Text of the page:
Rather than tread old ground or reignite an old argument, I wanted to give readers an understanding of the depth of MMT. Many commentators think they “know” MMT. Hopefully, a quick scan of this list (severely limited by the 1000-word count!) will prove that most people who comment on MMT scarcely understand it.

With an understanding of MMT, you know:

● A government can no more “do MMT” than it can “do astronomy” or a plane can “do gravity”. MMT is an observation of how a modern monetary system based on fiat currency works. It focuses principally on governments that issue their own currency.

● Liquidity isn’t one big homogeneous blob of money but can be broken down into settlement, market and funding liquidity, and this really matters when you look at how a financial system works (or doesn’t work).

● Taxes don’t fund government spending, but they are very useful to:

- Create and sustain a demand for the domestic currency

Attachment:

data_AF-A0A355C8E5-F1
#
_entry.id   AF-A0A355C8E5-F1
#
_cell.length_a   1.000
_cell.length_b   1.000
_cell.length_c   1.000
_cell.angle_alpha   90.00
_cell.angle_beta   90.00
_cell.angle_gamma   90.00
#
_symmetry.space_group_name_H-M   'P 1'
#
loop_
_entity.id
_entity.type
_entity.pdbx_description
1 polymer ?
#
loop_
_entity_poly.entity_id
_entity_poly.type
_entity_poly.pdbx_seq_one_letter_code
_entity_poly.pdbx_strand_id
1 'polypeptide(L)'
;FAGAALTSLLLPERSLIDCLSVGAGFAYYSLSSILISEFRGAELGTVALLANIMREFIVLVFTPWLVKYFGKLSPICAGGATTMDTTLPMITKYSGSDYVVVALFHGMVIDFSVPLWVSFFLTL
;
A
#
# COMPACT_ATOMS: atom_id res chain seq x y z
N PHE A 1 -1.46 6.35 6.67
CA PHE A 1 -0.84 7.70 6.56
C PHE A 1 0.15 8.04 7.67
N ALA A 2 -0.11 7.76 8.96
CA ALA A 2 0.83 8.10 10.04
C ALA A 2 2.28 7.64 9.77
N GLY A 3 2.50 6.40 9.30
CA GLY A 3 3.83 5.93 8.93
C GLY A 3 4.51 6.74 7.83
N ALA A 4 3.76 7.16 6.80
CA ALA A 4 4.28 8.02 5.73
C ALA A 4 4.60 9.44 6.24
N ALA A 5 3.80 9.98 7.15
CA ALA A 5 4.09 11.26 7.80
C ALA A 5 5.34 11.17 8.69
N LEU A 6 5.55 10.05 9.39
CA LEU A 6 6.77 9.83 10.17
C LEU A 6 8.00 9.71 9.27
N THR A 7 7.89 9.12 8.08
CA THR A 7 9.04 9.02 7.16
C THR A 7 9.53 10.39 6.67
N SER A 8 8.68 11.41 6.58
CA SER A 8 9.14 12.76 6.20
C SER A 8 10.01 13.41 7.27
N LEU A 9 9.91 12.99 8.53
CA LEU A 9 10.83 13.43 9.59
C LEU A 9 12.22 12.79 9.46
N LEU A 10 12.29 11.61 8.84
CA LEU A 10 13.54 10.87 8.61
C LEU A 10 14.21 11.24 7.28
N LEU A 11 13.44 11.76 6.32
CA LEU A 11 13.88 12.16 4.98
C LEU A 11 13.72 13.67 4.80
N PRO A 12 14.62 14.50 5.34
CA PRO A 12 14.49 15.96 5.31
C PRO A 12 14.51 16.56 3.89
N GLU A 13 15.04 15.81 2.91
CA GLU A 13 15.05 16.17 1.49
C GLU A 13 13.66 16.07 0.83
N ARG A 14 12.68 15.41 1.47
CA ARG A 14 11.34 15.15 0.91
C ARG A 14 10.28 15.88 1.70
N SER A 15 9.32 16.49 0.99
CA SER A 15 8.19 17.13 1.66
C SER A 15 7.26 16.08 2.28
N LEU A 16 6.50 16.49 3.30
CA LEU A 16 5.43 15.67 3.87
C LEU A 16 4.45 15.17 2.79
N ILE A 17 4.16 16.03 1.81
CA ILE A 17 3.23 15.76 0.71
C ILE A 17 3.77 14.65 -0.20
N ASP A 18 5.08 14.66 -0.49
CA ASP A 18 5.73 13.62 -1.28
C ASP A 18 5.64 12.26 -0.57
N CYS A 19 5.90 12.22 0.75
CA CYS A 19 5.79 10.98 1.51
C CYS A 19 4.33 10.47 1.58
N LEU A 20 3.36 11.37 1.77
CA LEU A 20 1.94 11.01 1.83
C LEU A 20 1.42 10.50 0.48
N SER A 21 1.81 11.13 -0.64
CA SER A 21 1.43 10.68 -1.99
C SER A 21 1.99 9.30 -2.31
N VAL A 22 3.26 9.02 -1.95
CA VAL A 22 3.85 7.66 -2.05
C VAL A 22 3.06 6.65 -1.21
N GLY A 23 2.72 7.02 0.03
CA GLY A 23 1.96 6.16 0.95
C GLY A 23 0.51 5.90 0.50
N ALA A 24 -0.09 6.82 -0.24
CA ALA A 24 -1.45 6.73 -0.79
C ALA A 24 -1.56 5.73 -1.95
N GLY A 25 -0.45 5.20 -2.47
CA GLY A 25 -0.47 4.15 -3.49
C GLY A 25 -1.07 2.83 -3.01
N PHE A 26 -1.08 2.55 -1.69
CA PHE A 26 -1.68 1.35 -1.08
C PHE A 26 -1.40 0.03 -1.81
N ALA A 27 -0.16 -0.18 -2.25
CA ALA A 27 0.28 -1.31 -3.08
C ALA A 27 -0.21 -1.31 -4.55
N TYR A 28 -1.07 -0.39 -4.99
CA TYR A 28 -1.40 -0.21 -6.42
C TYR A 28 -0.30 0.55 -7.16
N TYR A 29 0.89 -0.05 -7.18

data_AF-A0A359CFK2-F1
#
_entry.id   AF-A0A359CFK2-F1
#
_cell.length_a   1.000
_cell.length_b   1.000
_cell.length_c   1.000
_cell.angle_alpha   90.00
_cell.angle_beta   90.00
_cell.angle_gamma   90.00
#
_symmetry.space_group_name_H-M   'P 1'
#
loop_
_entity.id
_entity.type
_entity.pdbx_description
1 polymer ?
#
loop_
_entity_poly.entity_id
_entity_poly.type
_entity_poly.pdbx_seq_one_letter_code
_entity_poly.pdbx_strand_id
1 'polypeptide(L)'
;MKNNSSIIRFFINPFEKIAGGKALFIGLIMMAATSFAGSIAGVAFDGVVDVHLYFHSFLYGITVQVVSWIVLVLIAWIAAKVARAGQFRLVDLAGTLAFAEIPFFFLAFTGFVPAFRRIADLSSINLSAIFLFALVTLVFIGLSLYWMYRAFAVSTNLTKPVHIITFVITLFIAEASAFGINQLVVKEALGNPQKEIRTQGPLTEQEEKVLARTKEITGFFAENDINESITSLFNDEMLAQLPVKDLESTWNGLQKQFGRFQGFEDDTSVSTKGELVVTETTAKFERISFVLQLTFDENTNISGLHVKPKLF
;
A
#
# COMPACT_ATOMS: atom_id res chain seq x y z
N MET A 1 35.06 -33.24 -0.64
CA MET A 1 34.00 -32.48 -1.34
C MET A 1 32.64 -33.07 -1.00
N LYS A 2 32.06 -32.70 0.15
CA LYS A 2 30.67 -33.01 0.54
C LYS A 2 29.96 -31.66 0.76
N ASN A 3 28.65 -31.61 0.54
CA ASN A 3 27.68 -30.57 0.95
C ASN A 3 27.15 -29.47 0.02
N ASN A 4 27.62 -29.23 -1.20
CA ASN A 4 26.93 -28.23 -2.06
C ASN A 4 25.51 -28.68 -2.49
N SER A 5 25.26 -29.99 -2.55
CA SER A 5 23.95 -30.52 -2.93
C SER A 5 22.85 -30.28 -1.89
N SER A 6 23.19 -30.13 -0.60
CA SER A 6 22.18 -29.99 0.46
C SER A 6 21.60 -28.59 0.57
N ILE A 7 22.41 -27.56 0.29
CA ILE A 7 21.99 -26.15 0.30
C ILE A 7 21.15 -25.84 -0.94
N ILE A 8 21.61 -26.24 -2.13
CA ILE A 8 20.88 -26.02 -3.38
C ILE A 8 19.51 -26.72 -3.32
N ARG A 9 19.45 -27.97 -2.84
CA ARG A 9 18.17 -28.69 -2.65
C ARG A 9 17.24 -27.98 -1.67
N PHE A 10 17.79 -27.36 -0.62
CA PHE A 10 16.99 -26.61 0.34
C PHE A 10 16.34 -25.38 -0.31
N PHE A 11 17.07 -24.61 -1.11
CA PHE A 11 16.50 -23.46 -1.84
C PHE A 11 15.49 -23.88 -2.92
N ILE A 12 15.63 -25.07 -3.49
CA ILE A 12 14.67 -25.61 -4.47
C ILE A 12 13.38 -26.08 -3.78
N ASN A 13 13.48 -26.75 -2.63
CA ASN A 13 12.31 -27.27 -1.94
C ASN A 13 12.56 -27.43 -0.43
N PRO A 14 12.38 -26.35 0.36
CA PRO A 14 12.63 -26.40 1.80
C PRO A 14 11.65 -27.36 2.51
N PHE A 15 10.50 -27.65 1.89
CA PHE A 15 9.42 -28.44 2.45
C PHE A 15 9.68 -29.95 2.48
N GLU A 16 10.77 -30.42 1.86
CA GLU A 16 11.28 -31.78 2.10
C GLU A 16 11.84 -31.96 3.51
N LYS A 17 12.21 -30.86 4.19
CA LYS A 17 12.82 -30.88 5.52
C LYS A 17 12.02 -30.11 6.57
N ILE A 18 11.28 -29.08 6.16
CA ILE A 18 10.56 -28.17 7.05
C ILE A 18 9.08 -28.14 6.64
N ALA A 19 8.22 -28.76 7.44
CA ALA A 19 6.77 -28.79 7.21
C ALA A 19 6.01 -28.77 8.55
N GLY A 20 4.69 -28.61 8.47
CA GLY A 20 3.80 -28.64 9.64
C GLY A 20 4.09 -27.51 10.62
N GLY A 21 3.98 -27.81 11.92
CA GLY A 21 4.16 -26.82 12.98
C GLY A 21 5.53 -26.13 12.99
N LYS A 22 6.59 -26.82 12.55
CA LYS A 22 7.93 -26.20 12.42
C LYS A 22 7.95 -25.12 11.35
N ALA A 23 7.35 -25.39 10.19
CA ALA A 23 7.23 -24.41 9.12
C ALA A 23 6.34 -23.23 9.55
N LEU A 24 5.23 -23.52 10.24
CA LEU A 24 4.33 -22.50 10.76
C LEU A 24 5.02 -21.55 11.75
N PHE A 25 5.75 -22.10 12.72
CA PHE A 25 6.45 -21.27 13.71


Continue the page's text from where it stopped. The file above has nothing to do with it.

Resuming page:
- Create room in the economy for the capacity of the government to spend money

- Change the distribution of income and wealth

- Encourage and discourage spending on certain things or change behaviours

- Work as a kind of social cement encouraging people to engage in an economy

- Help control aggregate demand and inflation

● Bond sales don't fund government spending, but they are very useful to:

- Drain reserve balance accounts of private banks held at the central bank to control the base rate of interest. These funds are swapped for bonds, or bonds are swapped for cash to maintain a required base rate, aka the price of cash.